The issue of priest celibacy pops up from time to time triggering a silent debate on the pros and cons of this thousand year old Catholic tradition.
Most recently, Reuters reported that a group of 26 Italian women, claiming to be in love with Catholic priests, have petitioned Pope Francis to make celibacy optional. The petition, according to Reuters, was published in the Vatican’s website.
In 1970, a German newspaper Sueddeutche Zeitung Daily reported that a group of nine German theologians wrote a letter to the bishops of Germany asking whether the practice of celibacy was still necessary. Citing archives in Regensburg, the newspaper alleged that among the signatories was then Cardinal Joseph Ratzinger who eventually became Pope Benedict XVI.
In 2011, in the wake of widespread allegations of sexual misconduct that rocked the Catholic Church, more than 140 Catholic theologians from Germany, Switzerland and Austria called for an end to celibacy.
How did the practice of celibacy in the Catholic Church start?
For more than a thousand years after the Lord Jesus Christ started his ministry, priests were allowed to marry.
St. Peter, whom the Church considers as the first Pope, was married. He had a mother-in-law whom the Lord Jesus Christ healed. Saul of Tarsus, who became Paul the Apostle, was also married. The other apostles are presumed to be married since it was the custom in the Jewish community to marry early.
During the first three centuries, celibacy was not even discussed, much less prohibited. Celibacy was a matter of choice for the religious. Celibacy was first discussed during the Council of Elvira in 306 AD. But it took another 700 years for celibacy to be required of clerics by virtue of the First Lateran Council in 1123. Celibacy was reiterated in the Second Lateran Council in 1139 and again in the Council of Trent in 1545.
In 1967, Pope Paul VI issued the encyclical “Sacerdotalis Caelibatus” on the priestly vows of perpetual celibacy.
Still, celibacy is not dogma or a law of divine origin. There is no direct commandment in the New Testament that the disciples of the Lord Jesus Christ have to live in celibacy. Celibacy is but a tradition of the Church. While dogma can not change, tradition can.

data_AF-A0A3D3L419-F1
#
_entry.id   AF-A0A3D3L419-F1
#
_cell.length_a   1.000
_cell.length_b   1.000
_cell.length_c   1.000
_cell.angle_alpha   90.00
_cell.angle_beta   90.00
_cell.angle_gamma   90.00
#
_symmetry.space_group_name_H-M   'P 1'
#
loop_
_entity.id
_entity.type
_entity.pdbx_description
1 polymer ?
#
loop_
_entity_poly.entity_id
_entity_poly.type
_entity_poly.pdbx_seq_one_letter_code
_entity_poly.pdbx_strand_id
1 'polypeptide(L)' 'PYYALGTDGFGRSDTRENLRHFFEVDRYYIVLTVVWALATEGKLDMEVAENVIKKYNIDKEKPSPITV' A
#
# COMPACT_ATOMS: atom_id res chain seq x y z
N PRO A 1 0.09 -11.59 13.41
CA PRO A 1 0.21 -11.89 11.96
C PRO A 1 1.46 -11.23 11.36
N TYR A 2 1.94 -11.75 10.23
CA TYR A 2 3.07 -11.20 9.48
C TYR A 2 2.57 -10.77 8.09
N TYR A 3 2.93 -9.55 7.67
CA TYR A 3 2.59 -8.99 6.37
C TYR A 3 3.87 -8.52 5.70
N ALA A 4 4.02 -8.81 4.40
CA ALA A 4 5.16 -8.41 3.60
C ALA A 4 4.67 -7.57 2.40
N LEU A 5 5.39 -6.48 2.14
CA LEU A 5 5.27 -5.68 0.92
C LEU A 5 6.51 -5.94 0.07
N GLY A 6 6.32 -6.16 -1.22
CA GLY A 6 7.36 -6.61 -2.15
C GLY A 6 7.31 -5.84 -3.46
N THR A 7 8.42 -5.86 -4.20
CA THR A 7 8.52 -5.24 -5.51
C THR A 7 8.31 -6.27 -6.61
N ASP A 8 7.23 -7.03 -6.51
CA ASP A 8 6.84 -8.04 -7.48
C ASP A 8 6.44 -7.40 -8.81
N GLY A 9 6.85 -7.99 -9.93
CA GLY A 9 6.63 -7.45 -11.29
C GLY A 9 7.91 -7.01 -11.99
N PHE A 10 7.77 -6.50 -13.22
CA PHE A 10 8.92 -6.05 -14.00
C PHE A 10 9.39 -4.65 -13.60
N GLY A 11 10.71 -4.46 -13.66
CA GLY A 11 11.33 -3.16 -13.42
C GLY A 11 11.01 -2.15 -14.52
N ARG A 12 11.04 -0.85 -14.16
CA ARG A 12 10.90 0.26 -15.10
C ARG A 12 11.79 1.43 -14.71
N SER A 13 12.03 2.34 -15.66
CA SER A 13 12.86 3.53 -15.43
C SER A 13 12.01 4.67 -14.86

In his book “On Heaven and Earth,” published in 2012, Pope Francis, then known as Cardinal Jorge Mario Bergoglio, wrote:
“For the moment I’m in favor of maintaining celibacy, with its pros and cons, because there have been 10 centuries of good experiences rather than failures”. But he also noted that “it is a question of discipline, not faith, it could change.”
Since becoming Pontiff, Pope Francis has not said anything on the matter. But only last February, Pope Francis gave permission for a married man to be ordained in the Maronite Catholic Church in United States.
The Maronites are part of the Eastern Catholic Church. They accept the authority of the Pope but have their own rituals and liturgy. The Archdiocese of St. Louis congratulated the new priest and reiterated the archdiocese’ strong relationship with the Maronites in St. Louis.
Traditionalists are quick to point out that Pope Francis’ approval of the marriage does not lift the ban on married priests and that it was simply an exception. In fact, prior exceptions have been given by other pontiffs. Pope Benedict XVI allowed two exceptions towards the end of his tenure.
Retired Archbishop Oscar Cruz, in a recent interview said: “Making celibacy optional for priests would be very expensive because the faithful will have to support not only the priest, but his family as well.”
Others see it differently: “There are a lot of people who have it (the priesthood) in their hearts. This (making celibacy optional) opens it up for other people.”
Still others cite practical reasons for lifting celibacy, e.g., 1. There is now a shortage of priests because of the celibacy issue. 2. A married priest and his family would be an example to other Catholic families in the parish. 3. A married priest would have more understanding and credibility in counseling married couples.